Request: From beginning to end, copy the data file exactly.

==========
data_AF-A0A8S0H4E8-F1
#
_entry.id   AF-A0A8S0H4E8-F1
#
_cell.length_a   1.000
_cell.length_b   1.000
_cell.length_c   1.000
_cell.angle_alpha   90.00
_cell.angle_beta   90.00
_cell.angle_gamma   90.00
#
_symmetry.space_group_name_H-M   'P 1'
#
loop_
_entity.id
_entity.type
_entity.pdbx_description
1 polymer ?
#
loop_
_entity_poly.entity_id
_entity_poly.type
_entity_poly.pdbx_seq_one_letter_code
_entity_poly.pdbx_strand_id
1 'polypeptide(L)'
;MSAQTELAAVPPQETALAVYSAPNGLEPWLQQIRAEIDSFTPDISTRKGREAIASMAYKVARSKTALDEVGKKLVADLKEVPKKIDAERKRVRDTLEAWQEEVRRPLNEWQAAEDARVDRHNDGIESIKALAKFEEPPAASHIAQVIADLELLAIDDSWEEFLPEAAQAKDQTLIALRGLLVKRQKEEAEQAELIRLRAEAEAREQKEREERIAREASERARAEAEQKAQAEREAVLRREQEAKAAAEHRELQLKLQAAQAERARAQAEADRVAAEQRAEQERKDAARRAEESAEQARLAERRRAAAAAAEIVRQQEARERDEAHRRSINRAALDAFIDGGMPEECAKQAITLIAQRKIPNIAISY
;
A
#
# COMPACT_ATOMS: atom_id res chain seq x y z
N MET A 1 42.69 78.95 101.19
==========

data_AF-A0A8S0H4E8-F1
#
_entry.id   AF-A0A8S0H4E8-F1
#
_cell.length_a   1.000
_cell.length_b   1.000
_cell.length_c   1.000
_cell.angle_alpha   90.00
_cell.angle_beta   90.00
_cell.angle_gamma   90.00
#
_symmetry.space_group_name_H-M   'P 1'
#
loop_
_entity.id
_entity.type
_entity.pdbx_description
1 polymer ?
#
loop_
_entity_poly.entity_id
_entity_poly.type
_entity_poly.pdbx_seq_one_letter_code
_entity_poly.pdbx_strand_id
1 'polypeptide(L)'
;MSAQTELAAVPPQETALAVYSAPNGLEPWLQQIRAEIDSFTPDISTRKGREAIASMAYKVARSKTALDEVGKKLVADLKEVPKKIDAERKRVRDTLEAWQEEVRRPLNEWQAAEDARVDRHNDGIESIKALAKFEEPPAASHIAQVIADLELLAIDDSWEEFLPEAAQAKDQTLIALRGLLVKRQKEEAEQAELIRLRAEAEAREQKEREERIAREASERARAEAEQKAQAEREAVLRREQEAKAAAEHRELQLKLQAAQAERARAQAEADRVAAEQRAEQERKDAARRAEESAEQARLAERRRAAAAAAEIVRQQEARERDEAHRRSINRAALDAFIDGGMPEECAKQAITLIAQRKIPNIAISY
;
A
#
# COMPACT_ATOMS: atom_id res chain seq x y z
N MET A 1 42.69 78.95 101.19